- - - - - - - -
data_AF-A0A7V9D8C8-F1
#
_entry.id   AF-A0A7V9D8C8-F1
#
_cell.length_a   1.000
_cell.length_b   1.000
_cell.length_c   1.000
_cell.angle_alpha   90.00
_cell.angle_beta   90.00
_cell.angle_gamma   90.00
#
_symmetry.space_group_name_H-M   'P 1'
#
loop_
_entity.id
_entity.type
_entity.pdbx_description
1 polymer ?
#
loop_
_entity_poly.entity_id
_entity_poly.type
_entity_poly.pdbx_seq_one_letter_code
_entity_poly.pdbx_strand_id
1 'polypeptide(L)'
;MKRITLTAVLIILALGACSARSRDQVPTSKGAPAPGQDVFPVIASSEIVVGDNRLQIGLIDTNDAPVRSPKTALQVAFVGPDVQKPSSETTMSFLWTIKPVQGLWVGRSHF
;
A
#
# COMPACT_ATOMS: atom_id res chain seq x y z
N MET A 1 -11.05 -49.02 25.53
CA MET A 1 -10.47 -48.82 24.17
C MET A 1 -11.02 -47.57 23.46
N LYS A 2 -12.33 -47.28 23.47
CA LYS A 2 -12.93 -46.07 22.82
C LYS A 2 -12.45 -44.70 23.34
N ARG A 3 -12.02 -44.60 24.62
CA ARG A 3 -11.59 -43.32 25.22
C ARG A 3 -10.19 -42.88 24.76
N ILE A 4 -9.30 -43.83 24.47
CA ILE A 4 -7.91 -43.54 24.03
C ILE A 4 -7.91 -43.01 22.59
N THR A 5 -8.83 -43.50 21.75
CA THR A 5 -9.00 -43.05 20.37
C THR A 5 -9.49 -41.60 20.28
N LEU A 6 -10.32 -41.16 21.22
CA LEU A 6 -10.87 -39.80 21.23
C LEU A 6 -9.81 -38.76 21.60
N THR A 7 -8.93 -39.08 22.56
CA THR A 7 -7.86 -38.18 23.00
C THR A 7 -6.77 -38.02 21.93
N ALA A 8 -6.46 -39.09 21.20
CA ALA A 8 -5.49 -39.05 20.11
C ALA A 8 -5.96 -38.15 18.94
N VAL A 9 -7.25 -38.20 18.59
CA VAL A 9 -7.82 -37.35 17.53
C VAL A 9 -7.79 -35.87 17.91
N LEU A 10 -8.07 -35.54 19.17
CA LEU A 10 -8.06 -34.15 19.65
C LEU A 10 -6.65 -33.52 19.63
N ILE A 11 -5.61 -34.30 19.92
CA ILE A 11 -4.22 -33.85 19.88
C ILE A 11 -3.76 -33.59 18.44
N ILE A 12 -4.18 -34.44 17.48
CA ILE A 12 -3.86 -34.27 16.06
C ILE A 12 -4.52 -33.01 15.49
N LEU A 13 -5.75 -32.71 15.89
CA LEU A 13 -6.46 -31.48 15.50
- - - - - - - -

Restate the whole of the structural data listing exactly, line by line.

data_AF-A0A7V9D8C8-F1
#
_entry.id   AF-A0A7V9D8C8-F1
#
_cell.length_a   1.000
_cell.length_b   1.000
_cell.length_c   1.000
_cell.angle_alpha   90.00
_cell.angle_beta   90.00
_cell.angle_gamma   90.00
#
_symmetry.space_group_name_H-M   'P 1'
#
loop_
_entity.id
_entity.type
_entity.pdbx_description
1 polymer ?
#
loop_
_entity_poly.entity_id
_entity_poly.type
_entity_poly.pdbx_seq_one_letter_code
_entity_poly.pdbx_strand_id
1 'polypeptide(L)'
;MKRITLTAVLIILALGACSARSRDQVPTSKGAPAPGQDVFPVIASSEIVVGDNRLQIGLIDTNDAPVRSPKTALQVAFVGPDVQKPSSETTMSFLWTIKPVQGLWVGRSHF
;
A
#
# COMPACT_ATOMS: atom_id res chain seq x y z
N MET A 1 -11.05 -49.02 25.53
CA MET A 1 -10.47 -48.82 24.17
C MET A 1 -11.02 -47.57 23.46
N LYS A 2 -12.33 -47.28 23.47
CA LYS A 2 -12.93 -46.07 22.82
C LYS A 2 -12.45 -44.70 23.34
N ARG A 3 -12.02 -44.60 24.62
CA ARG A 3 -11.59 -43.32 25.22
C ARG A 3 -10.19 -42.88 24.76
N ILE A 4 -9.30 -43.83 24.47
CA ILE A 4 -7.91 -43.54 24.03
C ILE A 4 -7.91 -43.01 22.59
N THR A 5 -8.83 -43.50 21.75
CA THR A 5 -9.00 -43.05 20.37
C THR A 5 -9.49 -41.60 20.28
N LEU A 6 -10.32 -41.16 21.22
CA LEU A 6 -10.87 -39.80 21.23
C LEU A 6 -9.81 -38.76 21.60
N THR A 7 -8.93 -39.08 22.56
CA THR A 7 -7.86 -38.18 23.00
C THR A 7 -6.77 -38.02 21.93
N ALA A 8 -6.46 -39.09 21.20
CA ALA A 8 -5.49 -39.05 20.11
C ALA A 8 -5.96 -38.15 18.94
N VAL A 9 -7.25 -38.20 18.59
CA VAL A 9 -7.82 -37.35 17.53
C VAL A 9 -7.79 -35.87 17.91
N LEU A 10 -8.07 -35.54 19.17
CA LEU A 10 -8.06 -34.15 19.65
C LEU A 10 -6.65 -33.52 19.63
N ILE A 11 -5.61 -34.30 19.92
CA ILE A 11 -4.22 -33.85 19.88
C ILE A 11 -3.76 -33.59 18.44
N ILE A 12 -4.18 -34.44 17.48
CA ILE A 12 -3.86 -34.27 16.06
C ILE A 12 -4.52 -33.01 15.49
N LEU A 13 -5.75 -32.71 15.89
CA LEU A 13 -6.46 -31.48 15.50